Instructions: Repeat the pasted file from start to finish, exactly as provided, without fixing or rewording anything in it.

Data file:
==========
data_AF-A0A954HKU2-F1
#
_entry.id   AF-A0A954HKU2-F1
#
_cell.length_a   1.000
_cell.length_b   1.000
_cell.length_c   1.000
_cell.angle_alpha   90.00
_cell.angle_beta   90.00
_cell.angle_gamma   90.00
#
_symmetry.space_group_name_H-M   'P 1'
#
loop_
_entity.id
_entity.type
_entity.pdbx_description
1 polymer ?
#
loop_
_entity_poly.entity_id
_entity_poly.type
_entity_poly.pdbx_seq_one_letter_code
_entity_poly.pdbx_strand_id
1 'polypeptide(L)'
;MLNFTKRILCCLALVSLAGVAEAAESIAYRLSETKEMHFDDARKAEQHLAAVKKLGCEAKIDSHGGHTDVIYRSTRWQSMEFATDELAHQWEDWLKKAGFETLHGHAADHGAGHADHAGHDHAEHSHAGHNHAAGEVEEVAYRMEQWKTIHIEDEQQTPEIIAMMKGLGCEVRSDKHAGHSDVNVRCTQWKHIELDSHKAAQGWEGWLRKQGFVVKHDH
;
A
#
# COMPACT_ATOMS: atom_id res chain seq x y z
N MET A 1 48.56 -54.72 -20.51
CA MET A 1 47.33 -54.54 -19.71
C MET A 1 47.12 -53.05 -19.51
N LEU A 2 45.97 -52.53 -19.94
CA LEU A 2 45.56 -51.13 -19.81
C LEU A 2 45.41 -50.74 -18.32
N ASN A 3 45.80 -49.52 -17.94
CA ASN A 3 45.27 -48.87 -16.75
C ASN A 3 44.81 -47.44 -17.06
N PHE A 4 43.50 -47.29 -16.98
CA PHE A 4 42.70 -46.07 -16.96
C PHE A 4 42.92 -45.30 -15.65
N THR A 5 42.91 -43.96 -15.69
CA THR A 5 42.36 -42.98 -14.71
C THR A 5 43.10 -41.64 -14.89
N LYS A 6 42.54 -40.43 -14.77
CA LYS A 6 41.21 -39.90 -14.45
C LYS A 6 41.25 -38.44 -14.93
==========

data_AF-A0A954HKU2-F1
#
_entry.id   AF-A0A954HKU2-F1
#
_cell.length_a   1.000
_cell.length_b   1.000
_cell.length_c   1.000
_cell.angle_alpha   90.00
_cell.angle_beta   90.00
_cell.angle_gamma   90.00
#
_symmetry.space_group_name_H-M   'P 1'
#
loop_
_entity.id
_entity.type
_entity.pdbx_description
1 polymer ?
#
loop_
_entity_poly.entity_id
_entity_poly.type
_entity_poly.pdbx_seq_one_letter_code
_entity_poly.pdbx_strand_id
1 'polypeptide(L)'
;MLNFTKRILCCLALVSLAGVAEAAESIAYRLSETKEMHFDDARKAEQHLAAVKKLGCEAKIDSHGGHTDVIYRSTRWQSMEFATDELAHQWEDWLKKAGFETLHGHAADHGAGHADHAGHDHAEHSHAGHNHAAGEVEEVAYRMEQWKTIHIEDEQQTPEIIAMMKGLGCEVRSDKHAGHSDVNVRCTQWKHIELDSHKAAQGWEGWLRKQGFVVKHDH
;
A
#
# COMPACT_ATOMS: atom_id res chain seq x y z
N MET A 1 48.56 -54.72 -20.51
CA MET A 1 47.33 -54.54 -19.71
C MET A 1 47.12 -53.05 -19.51
N LEU A 2 45.97 -52.53 -19.94
CA LEU A 2 45.56 -51.13 -19.81
C LEU A 2 45.41 -50.74 -18.32
N ASN A 3 45.80 -49.52 -17.94
CA ASN A 3 45.27 -48.87 -16.75
C ASN A 3 44.81 -47.44 -17.06
N PHE A 4 43.50 -47.29 -16.98
CA PHE A 4 42.70 -46.07 -16.96
C PHE A 4 42.92 -45.30 -15.65
N THR A 5 42.91 -43.96 -15.69
CA THR A 5 42.36 -42.98 -14.71
C THR A 5 43.10 -41.64 -14.89
N LYS A 6 42.54 -40.43 -14.77
CA LYS A 6 41.21 -39.90 -14.45
C LYS A 6 41.25 -38.44 -14.93